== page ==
In 1937, Rolfe played all 154 games and made his first All-Star Game appearance, despite suffering from a painful thighbone tumor. He diagnosed his own ailment, noticing he couldn’t sit during long train rides. The Yankees won 102 games, finished 13 games ahead of the second-place Detroit Tigers, and defeated the Giants in five games in the World Series. The leg tumor was surgically removed after the season.
The McCarthy-men again won the pennant in 1938, this time by 9½ games over the Boston Red Sox. Rolfe hit .311, good enough to earn a second All-Star selection, and finished 24th in the MVP balloting. The mighty Yankees swept the Cubs in the fall classic.
The Yankees secured their fourth straight pennant in 1939, chalking up 106 wins, to best the second-place Red Sox by 17 games. Red led the league with 213 hits, 46 doubles, and 139 runs, hit.329, and finished 27th in the MVP voting. From August 9 to 25 he scored at least one run in 18 consecutive games. In the World Series, the Yankees swept the Cincinnati Reds in four straight. Red’s 1939 World Series ring was the one he proudly wore the rest of his life.
The 1936-1939 Yankees completely dominated the American League, winning the pennant by at least 9½ games each season. Connie Mack remarked to sportswriter Red Smith regarding the Yankees and specifically Rolfe: “They talk about all the other fellas on that team, but I notice the man who hurts us when it counts is that third baseman. There is a real ballplayer.”14 Red led the entire decade of the 1930s in doubles.
The Yankees slumped in 1940, finishing third behind Detroit and Cleveland, albeit only 2 games out. Rolfe was named to the All-Star squad for the fourth consecutive year, despite hitting only .250 in 139 games. His subpar performance was attributed to tonsils poisoning his system, along with a case of eyestrain, accompanied by excessive tearing and redness. A tonsillectomy in January 1941 was expected to rectify these problems.
The 1941Yankees were back on top of the American League, winning 101 games, 17 games ahead of the Red Sox. Rolfe’s play was seriously affected by a serious attack of intestinal colitis in September, causing his weight to dramatically drop from 170 to 159 pounds. Physically weakened, he hit only .264, but he produced at a .300 clip during the World Series, helping the Yankees rout the Brooklyn Dodgers in five games. Red ordered his 1941 World Series ring in the ladies version, presenting it to Isabel as a gift. Rolfe scored over 100 runs in seven consecutive seasons (1935-1941), averaging 121 runs a season.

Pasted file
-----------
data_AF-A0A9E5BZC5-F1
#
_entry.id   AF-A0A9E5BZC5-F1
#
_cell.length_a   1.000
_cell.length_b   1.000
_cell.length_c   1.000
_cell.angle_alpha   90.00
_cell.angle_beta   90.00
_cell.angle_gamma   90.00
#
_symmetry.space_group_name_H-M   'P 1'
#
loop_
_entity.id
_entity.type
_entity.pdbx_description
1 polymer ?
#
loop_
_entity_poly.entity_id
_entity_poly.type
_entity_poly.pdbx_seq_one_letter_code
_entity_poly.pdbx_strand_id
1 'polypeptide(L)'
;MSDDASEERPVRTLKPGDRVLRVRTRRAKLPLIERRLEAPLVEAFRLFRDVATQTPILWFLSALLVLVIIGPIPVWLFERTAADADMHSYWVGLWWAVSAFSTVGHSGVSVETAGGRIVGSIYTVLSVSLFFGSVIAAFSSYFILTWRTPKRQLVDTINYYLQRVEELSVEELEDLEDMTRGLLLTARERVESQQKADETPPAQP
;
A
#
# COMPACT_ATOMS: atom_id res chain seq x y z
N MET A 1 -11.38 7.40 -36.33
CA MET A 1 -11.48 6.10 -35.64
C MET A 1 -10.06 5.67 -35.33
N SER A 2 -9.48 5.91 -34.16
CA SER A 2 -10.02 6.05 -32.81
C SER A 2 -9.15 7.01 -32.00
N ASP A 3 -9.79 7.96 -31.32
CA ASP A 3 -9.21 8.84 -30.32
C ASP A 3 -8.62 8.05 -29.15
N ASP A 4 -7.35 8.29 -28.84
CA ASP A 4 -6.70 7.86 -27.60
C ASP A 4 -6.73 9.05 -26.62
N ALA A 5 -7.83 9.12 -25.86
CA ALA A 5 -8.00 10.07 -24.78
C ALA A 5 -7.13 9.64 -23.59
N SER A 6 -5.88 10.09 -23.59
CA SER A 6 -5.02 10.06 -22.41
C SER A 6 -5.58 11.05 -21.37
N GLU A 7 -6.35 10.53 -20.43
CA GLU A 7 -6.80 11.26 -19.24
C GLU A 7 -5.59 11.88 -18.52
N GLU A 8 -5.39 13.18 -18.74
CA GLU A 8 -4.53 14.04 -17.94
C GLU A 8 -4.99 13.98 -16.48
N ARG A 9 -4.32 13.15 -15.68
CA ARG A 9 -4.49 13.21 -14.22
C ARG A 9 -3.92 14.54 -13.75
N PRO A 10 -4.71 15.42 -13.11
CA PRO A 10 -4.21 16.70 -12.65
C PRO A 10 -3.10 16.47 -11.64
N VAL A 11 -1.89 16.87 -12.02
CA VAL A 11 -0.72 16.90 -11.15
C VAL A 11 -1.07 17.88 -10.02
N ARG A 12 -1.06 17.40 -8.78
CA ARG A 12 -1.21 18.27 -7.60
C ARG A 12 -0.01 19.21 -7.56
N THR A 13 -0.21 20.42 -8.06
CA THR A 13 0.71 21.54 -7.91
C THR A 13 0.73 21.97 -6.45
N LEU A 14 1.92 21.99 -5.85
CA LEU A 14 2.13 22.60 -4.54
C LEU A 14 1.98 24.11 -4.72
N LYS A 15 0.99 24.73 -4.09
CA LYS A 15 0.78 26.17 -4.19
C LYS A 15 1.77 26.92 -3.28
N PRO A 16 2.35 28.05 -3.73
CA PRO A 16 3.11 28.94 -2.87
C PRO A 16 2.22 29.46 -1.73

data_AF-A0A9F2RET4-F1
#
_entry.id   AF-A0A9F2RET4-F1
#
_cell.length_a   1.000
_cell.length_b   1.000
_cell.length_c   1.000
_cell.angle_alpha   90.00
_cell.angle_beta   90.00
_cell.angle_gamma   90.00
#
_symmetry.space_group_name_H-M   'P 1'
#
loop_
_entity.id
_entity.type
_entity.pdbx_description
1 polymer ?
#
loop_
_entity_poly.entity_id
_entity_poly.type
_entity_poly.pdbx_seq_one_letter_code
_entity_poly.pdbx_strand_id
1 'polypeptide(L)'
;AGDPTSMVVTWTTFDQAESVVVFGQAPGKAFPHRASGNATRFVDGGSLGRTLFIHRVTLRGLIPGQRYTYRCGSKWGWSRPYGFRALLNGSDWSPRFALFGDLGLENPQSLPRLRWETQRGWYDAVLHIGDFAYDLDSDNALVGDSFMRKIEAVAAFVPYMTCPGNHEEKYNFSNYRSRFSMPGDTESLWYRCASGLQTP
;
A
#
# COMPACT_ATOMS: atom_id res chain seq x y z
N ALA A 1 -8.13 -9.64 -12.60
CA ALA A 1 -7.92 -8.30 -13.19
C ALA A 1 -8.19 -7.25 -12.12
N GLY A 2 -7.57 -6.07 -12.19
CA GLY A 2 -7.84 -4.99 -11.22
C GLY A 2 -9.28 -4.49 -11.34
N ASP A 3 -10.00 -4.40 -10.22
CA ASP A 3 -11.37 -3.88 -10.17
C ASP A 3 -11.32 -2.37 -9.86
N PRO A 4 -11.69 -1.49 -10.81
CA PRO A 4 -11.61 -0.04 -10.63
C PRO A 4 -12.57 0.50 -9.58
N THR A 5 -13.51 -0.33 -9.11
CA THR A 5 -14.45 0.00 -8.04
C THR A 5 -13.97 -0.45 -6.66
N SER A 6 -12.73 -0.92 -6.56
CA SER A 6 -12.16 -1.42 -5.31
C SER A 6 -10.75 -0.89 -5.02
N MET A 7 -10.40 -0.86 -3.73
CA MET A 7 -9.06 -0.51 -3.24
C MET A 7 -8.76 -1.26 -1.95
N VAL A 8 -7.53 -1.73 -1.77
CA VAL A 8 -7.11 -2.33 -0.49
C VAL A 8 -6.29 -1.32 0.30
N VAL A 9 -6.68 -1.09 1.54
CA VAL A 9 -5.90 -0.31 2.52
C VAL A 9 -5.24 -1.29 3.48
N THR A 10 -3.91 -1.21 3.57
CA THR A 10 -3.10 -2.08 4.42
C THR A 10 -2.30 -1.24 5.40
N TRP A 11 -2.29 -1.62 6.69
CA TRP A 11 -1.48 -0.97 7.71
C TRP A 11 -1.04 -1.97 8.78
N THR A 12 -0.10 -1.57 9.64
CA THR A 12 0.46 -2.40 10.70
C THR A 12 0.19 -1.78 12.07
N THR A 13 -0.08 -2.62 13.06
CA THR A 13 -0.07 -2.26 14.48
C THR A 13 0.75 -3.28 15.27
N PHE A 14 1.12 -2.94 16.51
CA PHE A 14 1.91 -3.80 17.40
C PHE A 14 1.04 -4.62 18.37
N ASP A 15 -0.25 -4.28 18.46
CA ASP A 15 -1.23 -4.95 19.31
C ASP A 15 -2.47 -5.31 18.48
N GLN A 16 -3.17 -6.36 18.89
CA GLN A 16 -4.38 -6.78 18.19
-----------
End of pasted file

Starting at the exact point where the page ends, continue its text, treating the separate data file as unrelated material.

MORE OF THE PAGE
Then came 1942, the first wartime season, with teams experiencing player shortages because of the military draft. At the time, Rolfe was 33, married and classified 3-A, making his chances of serving highly unlikely. Colitis struck again during spring training, causing another round of serious weight loss. McCarthy remained patient with his third baseman, knowing Red’s health and on-field performance were not up to par. Clark Griffith of the Washington Senators actively sought to trade for Red, despite his ailments. Rolfe considered playing in a uniform other than pinstripes unthinkable and ended all speculation by announcing his retirement, effective with the end of the season.
In 1942 Rolfe played in only 69 games, hitting an uncharacteristic .219, for the pennant-winning Yankees. The St. Louis Cardinals won the National League flag and defeated the Yankees in five games in the World Series. Rolfe hit .353 (6-for-17) during the Series, but that performance did not alter the redhead’s decision; he had already accepted a coaching position at Yale University.
Ed Barrow added a poignant comment regarding Rolfe’s departure: “He was sick a long time, you know. He had that stomach trouble colitis and played in spite of it.”15 The Sporting News reported how Rolfe would be missed in many non-baseball ways: “Red was often sought out by teammates for help with income tax filings, advice on investments, counsel on their bridge game, and even their domestic difficulties.”16 During his career, Rolfe established a mark for third basemen by appearing in 28 World Series games.